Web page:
Thursday, 15 March 2012

CfBT survey on Language Trends

This is the major annual report on trends on modern language teaching in England. The executive summary and conclusion may be worth reading if you don't have time to read all the data.

A number of things struck me:
  • Ebacc is having a notable effect on take-up, as predicted
  • A-level still on the slide because of harsh grading and lure of STEM subjects
  • Severe grading at GCSE and A-level still an issue, including difficulty of reaching A* at A-level
  • Lack of curriculum time at KS3 and KS4. Not enough "little and often" to embed learning
  • Controlled assessments come under fire - too much time to prepare and too much memory learning
  • GCSE too dull
  • Continued dominance of independent sector in MFL - it's a subject area for posh kids
  • German still suffering badly, Spanish less so
  • Continuity with primary MFL proving a challenge
The "expert panel" on the national curriculum recommends that MFL become compulsory again. I remain, on balance, unconvinced about this. Even if the severe grading issue were dealt with (and it won't be), MFL remains fundamentally hard and apparently irrelevant for many children. EBacc may provide a useful correction to the recent trends, but to force the vast majority into modern languages up to 16 may just be counter-productive. We have the experience of pre-2003 to demonstrate this, a period when many children were "disapplied" in any case. I am not sure whether that era raised the status of MFL and I am sure that there are thousands of disillusioned pupils and teachers who would bear witness to the futility of the exercise.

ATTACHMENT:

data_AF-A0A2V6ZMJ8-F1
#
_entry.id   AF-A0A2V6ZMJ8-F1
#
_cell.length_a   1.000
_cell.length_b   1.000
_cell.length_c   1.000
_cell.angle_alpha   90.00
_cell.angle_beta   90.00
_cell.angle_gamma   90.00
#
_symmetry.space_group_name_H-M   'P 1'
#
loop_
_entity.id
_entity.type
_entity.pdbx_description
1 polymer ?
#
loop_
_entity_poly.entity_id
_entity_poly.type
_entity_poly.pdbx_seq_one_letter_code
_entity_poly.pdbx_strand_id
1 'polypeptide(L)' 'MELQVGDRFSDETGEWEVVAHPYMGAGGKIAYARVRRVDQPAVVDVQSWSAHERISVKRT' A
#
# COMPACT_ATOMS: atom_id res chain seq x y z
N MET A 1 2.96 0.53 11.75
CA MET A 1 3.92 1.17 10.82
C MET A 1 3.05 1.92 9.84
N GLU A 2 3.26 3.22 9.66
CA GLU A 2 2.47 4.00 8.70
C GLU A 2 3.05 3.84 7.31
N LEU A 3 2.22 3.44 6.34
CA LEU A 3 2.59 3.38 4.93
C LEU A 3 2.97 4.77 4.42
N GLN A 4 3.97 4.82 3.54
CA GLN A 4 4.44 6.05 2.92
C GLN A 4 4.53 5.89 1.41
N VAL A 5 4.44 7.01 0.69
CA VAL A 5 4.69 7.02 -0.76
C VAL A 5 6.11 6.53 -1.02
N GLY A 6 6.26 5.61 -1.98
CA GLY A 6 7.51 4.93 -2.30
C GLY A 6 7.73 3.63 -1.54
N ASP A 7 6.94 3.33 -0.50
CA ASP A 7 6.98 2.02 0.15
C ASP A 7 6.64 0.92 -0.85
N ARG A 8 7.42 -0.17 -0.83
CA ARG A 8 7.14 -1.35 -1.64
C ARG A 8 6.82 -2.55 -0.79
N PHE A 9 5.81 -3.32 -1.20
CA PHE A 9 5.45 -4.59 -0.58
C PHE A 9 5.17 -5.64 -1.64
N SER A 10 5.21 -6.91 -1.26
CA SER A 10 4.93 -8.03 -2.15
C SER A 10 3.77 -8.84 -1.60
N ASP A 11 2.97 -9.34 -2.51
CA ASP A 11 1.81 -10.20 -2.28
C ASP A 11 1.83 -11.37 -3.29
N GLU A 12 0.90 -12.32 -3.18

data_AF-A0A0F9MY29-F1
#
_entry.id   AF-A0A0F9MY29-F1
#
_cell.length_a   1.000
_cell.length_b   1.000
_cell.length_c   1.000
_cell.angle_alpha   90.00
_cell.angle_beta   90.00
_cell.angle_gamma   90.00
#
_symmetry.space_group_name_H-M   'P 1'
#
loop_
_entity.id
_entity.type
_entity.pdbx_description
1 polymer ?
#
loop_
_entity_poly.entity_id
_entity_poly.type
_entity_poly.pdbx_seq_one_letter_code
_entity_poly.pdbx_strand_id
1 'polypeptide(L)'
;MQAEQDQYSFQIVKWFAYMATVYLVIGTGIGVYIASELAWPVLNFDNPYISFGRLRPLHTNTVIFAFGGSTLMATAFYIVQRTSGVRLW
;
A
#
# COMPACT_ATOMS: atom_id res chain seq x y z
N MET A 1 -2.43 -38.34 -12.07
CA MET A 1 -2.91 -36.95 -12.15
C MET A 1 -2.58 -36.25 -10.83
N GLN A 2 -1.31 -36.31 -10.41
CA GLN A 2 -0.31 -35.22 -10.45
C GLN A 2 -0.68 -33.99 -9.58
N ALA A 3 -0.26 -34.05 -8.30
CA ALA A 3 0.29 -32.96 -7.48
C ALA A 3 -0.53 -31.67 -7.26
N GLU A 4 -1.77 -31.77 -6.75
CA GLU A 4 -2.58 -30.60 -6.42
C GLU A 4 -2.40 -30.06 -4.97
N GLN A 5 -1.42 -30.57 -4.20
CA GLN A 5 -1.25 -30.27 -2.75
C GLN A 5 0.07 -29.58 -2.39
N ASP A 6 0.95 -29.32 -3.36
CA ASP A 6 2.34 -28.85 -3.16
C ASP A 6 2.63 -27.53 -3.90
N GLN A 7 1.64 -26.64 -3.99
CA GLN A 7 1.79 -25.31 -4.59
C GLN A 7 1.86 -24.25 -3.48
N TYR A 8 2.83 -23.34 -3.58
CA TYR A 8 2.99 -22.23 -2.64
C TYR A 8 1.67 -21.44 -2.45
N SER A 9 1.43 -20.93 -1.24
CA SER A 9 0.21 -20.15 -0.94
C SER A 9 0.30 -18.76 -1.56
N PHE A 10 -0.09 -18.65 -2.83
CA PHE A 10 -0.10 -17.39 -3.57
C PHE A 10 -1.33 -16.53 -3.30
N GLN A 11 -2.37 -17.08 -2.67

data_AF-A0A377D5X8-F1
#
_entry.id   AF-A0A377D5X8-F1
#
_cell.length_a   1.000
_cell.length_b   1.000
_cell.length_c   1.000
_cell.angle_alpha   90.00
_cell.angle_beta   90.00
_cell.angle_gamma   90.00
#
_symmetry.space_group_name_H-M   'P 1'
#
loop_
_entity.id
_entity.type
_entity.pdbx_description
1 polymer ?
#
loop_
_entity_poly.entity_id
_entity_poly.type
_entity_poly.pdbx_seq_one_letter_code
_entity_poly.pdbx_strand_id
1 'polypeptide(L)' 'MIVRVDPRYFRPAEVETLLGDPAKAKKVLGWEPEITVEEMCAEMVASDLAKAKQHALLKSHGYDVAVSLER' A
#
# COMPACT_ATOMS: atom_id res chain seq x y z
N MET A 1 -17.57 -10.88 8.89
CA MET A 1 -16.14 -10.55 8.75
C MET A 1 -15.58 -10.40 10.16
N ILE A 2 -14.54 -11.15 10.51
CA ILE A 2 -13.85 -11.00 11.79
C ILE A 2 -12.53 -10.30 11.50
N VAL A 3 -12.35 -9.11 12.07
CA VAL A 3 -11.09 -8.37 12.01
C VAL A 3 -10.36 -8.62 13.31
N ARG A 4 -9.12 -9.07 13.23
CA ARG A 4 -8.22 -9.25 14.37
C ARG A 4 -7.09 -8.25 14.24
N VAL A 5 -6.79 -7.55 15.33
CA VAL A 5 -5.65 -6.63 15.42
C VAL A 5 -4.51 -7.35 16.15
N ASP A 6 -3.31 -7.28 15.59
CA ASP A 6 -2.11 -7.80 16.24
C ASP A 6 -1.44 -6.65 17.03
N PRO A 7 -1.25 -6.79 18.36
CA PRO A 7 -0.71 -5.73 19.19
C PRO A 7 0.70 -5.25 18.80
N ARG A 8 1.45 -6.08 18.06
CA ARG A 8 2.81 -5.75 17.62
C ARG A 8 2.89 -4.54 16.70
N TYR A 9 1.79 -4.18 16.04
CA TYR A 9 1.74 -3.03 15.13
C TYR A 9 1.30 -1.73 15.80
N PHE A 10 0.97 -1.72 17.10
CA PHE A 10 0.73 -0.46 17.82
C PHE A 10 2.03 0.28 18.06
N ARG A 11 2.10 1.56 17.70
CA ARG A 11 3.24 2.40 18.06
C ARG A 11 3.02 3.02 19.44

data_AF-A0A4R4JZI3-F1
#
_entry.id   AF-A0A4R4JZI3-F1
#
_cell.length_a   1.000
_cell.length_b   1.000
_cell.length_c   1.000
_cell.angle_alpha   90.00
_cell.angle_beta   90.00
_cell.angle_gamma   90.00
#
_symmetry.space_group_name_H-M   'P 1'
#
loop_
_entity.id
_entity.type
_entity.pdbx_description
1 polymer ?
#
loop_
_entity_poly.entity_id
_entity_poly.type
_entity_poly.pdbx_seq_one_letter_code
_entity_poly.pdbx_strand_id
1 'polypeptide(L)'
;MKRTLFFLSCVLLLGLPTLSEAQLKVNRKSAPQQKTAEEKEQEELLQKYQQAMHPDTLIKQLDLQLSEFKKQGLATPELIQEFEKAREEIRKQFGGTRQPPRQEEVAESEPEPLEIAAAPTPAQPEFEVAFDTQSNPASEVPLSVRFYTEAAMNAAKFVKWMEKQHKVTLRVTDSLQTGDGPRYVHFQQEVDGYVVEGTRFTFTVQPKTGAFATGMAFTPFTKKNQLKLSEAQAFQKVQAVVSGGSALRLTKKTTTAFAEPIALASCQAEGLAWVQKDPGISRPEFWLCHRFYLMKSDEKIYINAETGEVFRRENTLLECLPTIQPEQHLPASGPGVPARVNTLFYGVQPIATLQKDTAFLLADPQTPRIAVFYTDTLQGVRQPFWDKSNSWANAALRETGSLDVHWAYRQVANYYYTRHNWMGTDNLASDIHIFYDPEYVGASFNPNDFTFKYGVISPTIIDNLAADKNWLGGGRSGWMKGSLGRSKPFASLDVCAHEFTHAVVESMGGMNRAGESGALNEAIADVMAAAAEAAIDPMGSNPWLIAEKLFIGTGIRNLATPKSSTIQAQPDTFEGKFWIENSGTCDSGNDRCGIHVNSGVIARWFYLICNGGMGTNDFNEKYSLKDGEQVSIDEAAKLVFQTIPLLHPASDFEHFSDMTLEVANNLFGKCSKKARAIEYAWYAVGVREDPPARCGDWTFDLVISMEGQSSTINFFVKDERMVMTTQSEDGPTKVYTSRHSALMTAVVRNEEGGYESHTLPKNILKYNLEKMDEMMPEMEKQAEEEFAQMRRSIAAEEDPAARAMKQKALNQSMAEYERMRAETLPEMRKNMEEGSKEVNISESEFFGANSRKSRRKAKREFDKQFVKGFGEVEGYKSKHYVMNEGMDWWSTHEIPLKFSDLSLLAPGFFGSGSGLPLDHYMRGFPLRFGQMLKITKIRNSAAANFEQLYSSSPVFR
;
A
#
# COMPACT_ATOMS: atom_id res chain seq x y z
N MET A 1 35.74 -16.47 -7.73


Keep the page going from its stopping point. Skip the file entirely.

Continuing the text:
1. Thanks for this summary. I have to disagree with the fact MFL shouldn't be compulsory in KS4. I would completely disagree with the notion of every student had to sit a GCSE, however, what is the problem with students developing their skills through MFL whilst sitting a qualification suitable for their level of learning and general needs?

    Despite being (very) new to the profession, I can think of many benefits the study of a foreign language alongside language acquisition. How would you feel about languages generally being continued up to age 16 but through ASSET or FCSE languages for lower ability students?



  2. I don't think anyone is suggesting GCSE for all. Even so, I would argue that The fact we are an Anglophone nation makes selling MFL quite hard here. The pre 2003 experience was often very unproductive and hard for teachers and pupils so Labour decided to make MFL optional. I agreed with that decision as I think there are other things some 15-16 year olds may be better served studying. I suspect mine is a minority view among language teachers.